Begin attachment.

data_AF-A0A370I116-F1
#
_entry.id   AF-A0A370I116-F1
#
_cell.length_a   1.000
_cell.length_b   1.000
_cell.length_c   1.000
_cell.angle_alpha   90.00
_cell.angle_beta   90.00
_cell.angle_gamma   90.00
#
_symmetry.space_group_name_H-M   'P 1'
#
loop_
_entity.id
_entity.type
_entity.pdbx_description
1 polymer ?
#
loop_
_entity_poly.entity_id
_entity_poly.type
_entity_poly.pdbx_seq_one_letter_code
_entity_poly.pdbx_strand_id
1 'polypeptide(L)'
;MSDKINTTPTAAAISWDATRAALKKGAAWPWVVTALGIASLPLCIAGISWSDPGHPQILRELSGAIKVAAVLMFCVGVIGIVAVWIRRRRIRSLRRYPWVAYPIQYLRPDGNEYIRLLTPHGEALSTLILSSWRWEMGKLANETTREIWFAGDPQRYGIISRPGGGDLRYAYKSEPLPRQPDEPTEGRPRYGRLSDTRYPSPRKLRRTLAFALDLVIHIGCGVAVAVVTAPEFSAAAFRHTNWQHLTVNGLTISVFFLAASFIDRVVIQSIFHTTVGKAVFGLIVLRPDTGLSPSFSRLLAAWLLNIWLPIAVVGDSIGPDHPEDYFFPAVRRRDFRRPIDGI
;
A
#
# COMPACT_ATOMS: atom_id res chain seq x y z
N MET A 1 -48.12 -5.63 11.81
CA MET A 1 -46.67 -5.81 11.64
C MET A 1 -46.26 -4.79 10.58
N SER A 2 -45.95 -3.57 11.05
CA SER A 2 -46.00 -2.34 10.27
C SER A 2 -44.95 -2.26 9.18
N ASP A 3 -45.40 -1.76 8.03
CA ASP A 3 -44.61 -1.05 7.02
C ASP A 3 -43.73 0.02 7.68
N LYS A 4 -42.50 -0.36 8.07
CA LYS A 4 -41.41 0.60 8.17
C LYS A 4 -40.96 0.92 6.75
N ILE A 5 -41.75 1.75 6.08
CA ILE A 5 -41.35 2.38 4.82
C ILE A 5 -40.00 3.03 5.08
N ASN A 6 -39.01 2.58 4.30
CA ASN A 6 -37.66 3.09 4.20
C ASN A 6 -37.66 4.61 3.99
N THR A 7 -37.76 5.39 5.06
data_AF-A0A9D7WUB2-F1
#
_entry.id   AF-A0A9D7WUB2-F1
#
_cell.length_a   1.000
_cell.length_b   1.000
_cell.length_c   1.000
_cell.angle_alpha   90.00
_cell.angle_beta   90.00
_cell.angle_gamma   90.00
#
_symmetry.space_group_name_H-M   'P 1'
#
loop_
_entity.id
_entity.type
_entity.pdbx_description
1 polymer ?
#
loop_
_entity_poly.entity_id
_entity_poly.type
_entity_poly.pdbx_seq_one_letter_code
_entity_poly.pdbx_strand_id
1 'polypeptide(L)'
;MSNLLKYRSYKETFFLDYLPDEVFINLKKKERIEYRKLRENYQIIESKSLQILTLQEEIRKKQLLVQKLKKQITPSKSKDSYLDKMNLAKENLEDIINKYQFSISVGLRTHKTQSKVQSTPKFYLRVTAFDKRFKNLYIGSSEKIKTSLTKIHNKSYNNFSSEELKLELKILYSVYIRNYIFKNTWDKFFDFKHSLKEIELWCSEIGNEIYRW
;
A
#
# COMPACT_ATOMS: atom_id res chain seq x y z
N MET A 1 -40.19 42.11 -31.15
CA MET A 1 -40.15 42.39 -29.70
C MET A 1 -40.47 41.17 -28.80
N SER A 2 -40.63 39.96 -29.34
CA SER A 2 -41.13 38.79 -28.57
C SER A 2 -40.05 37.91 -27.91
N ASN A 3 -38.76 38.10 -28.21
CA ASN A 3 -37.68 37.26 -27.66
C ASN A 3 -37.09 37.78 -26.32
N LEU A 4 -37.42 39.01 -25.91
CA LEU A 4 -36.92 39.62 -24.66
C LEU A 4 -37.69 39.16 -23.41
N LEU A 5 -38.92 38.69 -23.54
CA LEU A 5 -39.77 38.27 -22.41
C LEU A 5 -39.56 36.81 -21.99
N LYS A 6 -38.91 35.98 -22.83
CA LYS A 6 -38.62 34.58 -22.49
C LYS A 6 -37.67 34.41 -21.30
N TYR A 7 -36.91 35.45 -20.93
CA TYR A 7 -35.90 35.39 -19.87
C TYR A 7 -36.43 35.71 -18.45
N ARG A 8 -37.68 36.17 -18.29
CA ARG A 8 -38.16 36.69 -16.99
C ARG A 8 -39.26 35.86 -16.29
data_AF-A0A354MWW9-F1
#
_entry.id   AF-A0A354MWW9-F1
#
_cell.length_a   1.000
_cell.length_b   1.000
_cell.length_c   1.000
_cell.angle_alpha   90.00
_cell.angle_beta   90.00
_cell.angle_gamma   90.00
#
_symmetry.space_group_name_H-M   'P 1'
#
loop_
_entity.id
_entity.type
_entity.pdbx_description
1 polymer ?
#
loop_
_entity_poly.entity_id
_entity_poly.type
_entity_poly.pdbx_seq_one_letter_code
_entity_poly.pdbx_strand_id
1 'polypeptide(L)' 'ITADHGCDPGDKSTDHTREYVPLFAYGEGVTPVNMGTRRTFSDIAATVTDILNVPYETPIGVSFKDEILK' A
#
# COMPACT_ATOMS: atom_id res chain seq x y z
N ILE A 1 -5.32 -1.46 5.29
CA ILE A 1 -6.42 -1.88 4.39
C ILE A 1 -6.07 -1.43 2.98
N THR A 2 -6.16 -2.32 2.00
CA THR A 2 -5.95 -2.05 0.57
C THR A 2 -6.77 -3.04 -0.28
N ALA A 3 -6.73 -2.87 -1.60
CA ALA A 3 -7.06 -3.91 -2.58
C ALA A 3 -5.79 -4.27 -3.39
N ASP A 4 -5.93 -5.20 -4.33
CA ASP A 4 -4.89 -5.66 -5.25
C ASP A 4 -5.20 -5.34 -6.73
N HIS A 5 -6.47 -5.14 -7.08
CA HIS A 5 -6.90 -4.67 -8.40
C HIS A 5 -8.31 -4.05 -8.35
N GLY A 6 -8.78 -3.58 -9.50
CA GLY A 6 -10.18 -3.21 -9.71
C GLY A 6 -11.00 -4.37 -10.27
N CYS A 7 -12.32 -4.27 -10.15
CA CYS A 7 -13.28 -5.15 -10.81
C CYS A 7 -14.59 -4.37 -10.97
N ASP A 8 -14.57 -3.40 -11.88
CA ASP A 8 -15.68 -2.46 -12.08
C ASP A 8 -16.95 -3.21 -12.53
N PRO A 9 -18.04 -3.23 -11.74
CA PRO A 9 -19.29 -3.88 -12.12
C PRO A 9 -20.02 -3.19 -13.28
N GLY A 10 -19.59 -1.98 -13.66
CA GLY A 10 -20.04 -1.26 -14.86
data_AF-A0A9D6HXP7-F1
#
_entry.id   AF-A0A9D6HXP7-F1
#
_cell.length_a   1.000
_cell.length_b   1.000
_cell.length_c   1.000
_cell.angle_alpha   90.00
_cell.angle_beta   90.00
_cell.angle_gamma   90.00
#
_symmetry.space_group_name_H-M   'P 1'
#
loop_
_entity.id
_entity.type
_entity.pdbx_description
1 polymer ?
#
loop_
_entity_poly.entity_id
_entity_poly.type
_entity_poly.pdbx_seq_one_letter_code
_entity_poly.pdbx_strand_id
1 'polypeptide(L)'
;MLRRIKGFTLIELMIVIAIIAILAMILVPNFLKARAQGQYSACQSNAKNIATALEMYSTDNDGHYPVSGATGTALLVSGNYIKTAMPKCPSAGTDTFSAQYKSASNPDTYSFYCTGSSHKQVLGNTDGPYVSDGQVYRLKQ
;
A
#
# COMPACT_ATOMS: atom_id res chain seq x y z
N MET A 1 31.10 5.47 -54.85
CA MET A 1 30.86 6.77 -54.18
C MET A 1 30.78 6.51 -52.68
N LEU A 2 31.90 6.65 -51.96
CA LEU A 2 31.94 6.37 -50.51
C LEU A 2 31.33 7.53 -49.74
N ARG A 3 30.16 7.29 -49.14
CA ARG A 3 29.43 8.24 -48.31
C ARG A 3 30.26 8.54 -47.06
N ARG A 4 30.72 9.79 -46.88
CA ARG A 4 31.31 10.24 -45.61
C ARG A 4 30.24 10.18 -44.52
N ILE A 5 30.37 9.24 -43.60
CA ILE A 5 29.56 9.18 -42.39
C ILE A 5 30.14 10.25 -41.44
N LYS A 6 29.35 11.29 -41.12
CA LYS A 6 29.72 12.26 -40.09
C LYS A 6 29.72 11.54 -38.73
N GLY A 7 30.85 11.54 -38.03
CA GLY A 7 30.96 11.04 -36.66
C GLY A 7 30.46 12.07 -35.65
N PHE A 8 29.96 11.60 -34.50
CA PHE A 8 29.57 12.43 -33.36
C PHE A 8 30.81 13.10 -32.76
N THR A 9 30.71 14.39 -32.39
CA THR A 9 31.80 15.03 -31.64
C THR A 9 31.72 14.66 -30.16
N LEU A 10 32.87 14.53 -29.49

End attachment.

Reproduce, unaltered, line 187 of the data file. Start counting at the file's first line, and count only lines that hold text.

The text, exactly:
A